Ink Notes: Pelikan Edelstein Aventurine Cartridge

Pelikan Edelstein Aventurine cartridge tinThis review is a little different in that I used cartridges for the review rather than bottled ink or a sample. I wanted to try some Pelikan Edelstein inks, but I didn’t want more bottles of ink but wanted more than a sample. So when the cartridges became available I took advantage of the opportunity. Cartridges cost more per milliliter but are less money out of pocket. Cartridges will also dry out over time, unlike bottled ink (at least ink in glass bottles). I picked Pelikan Edelstein Aventurine as my first cartridge since I’ve been itching to try a new green ink.

The Edelstein cartridges are long international so at 3 ml per cartridge that works out to about $0.44/ml. The six cartridges come in a nice tin and are protected by tissue paper inside the tin.

Aventurine is a nice bright green that has enough saturation to stand out with my preferred thin nibs. With wider or wetter nibs there’s some very nice shading. Pelikan is known for dry writing inks but Aventurine has good flow and I wouldn’t consider it a dry writing ink.

The ink is pleasant to use. I didn’t encounter any noticeable feathering or bleed-through with my common nibs and paper. With the wet Retro 51 medium nib I did encounter some feathering with cheap copy paper. There was also some show through with this nib and paper but no bleed-through.

The ink also dries fast. Considering how wet the ink looked when it hit the paper I was surprised it dried so fast. It was especially fast on Doane Paper (Jotter and writing pads) which is great for me since that’s what I use most. Drying time was longer, but very acceptable, on Rhodia paper.

I did notice that the ink as noticeably darker every morning when I first used the pen. The color returned to normal after a sentence or two. It remained darker even after the ink dried. Normally the ink brightens up just a bit as it dries.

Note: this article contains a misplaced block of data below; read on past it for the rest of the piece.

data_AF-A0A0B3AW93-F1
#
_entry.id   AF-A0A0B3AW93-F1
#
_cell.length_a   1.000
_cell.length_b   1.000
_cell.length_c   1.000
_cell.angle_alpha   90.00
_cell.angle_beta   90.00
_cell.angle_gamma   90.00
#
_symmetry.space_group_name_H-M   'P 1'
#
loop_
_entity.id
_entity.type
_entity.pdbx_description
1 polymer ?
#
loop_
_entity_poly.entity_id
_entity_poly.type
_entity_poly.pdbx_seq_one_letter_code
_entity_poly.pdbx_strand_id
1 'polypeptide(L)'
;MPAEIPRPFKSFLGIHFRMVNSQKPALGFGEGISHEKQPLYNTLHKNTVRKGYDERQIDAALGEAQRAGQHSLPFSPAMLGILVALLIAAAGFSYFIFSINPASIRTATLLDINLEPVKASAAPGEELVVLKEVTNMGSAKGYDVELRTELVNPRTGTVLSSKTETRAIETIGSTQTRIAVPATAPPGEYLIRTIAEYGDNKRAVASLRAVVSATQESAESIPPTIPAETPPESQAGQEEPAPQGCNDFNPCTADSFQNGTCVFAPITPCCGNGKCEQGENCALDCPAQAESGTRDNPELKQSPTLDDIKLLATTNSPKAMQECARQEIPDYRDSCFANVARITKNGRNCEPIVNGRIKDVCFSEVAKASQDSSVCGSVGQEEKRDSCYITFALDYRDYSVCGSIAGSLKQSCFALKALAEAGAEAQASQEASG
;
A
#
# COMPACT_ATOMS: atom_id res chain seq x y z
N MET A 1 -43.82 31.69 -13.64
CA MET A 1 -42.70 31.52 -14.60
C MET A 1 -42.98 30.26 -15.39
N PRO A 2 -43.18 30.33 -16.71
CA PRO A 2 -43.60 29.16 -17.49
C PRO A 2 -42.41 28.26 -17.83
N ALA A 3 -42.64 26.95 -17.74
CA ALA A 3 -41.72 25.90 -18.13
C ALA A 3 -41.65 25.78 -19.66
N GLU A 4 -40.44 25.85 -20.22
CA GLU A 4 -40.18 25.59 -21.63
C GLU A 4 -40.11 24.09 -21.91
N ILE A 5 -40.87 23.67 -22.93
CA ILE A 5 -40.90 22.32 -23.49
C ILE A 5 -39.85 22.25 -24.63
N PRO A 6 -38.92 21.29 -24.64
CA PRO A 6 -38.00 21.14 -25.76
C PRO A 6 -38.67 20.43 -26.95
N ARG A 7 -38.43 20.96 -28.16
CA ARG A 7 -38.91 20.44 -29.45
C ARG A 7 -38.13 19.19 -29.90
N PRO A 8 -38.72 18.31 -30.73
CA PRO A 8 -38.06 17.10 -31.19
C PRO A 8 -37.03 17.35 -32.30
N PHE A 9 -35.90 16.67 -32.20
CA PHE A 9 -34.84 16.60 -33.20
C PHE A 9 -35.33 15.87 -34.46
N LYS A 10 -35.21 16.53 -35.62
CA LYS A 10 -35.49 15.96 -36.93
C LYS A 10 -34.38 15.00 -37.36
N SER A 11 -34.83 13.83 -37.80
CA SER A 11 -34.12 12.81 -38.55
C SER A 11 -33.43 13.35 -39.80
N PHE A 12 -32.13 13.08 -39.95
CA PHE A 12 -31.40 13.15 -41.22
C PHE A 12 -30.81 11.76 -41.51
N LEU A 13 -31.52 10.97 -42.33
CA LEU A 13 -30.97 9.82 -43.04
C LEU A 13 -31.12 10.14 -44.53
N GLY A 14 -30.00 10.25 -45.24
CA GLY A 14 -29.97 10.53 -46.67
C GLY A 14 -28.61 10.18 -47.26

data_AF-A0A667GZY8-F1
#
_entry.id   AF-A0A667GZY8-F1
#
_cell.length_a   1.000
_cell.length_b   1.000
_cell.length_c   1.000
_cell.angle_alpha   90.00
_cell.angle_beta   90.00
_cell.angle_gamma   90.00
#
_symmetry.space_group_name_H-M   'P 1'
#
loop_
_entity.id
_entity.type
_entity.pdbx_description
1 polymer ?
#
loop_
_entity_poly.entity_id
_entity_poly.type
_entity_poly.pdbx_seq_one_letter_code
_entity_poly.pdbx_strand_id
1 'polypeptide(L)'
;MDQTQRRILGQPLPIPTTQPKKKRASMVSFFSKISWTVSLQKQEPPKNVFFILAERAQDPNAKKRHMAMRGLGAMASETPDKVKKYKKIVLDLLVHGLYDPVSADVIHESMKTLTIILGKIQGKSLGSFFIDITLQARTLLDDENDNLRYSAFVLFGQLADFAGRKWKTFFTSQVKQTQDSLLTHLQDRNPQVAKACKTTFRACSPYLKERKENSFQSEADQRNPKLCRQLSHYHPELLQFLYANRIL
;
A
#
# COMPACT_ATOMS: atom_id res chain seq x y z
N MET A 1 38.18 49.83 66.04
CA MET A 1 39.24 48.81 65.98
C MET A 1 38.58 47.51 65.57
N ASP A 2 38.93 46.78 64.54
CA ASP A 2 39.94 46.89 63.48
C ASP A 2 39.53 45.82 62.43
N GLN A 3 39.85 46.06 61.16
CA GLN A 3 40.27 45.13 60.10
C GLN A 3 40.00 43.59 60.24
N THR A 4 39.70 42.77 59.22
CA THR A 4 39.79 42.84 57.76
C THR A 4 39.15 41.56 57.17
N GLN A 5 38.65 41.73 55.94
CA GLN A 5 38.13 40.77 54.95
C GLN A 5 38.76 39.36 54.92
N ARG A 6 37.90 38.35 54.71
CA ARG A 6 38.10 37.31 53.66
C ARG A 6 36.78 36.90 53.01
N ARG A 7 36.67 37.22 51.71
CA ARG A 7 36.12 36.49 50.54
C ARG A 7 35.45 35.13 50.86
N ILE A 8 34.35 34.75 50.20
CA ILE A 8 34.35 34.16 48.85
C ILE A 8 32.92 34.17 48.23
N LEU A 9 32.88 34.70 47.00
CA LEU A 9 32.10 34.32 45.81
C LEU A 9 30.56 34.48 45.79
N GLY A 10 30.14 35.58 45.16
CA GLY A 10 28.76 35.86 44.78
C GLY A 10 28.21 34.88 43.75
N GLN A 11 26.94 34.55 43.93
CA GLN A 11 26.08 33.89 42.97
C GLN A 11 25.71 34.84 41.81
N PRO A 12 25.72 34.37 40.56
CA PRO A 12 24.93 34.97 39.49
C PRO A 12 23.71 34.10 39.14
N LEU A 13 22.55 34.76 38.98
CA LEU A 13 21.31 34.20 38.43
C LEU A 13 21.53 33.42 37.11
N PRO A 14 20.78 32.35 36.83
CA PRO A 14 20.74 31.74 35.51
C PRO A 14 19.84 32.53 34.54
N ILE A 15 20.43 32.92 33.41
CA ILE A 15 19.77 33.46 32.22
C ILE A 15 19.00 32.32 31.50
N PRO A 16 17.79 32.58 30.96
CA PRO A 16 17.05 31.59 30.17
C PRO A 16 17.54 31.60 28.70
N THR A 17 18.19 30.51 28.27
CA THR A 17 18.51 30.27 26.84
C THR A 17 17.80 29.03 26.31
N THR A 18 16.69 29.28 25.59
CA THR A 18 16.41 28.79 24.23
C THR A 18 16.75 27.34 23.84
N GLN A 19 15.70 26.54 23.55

I realize green ink is a negative is some countries and green isn’t a business ink. Despite that, I find the ink pleasing to look at when writing all day and used it as my daily driver for several days. I quickly ran through about 3/4 of the cartridge in my Franklin-Christoph Model 25 with a medium stub nib.

The ink barely leaves a trace after the water test, but it did leave a trace. But if you spilled a beer on your plan to make millions you could probably read enough to make about half that.

I show some swab comparisons in the gallery. While not an exact color match, I would use this ink the same way I would use Montblanc Irish Green. MB Irish Green is my bright green of choice although Pelikan Edelstein Aventurine would replace it if I didn’t already have a bottle of MB Irish Green. I don’t like it so much more that I would buy a bottle before the Irish Green is gone. I’ll have no problem using the cartrisges before they dry up.

Pens Used

The Franklin-Christoph Model 25 with a medium (0.9 mm) stub nib was inked up for a couple of weeks and was used as my daily writer for several days during that time. Except for the previously mentioned starting off dark each morning the ink was problem free. There wasn’t any skipping or false starts. I didn’t have any problems flushing this pen when I was done. This is one of the fastest and easiest ink flushes I’ve had in a long time.

The other pens shown in the writing samples were inked only long enough to do the writing samples. I moved the cartridge from pen to pen and gave the ink about 5 minutes to reach the nib. The Retro 51 was the only one that needed a little more time but it found the nib with just gravity.

Since there was still a little ink in the cartridge I decided to move it to my Franklin-Christoph Model 29 with a fine nib rather than waste the ink. Like the other pens flow and color depth is good.

Wrapping Up

Like I said, if I didn’t already have a bottle of MB Irish Green then Pelikan Edelstein Aventurine would be my bright green ink of choice. I like the colors equally but the Aventurine wins based on drying speed and shading.

Additional Reading

Pelikan Edelstein Aventurine – Handwritten Ink Review | edjelley.com

Pelikan Edelstein Aventurine – The Fountain Pen Network

Pelikan Edelstein Fountain Pen Ink – Office Supply Geek

Ink Review: Pelikan Edelstein Overview Ink – Goulet Pens Video overview of six Edelstein inks. Aventurine is shown at 7:40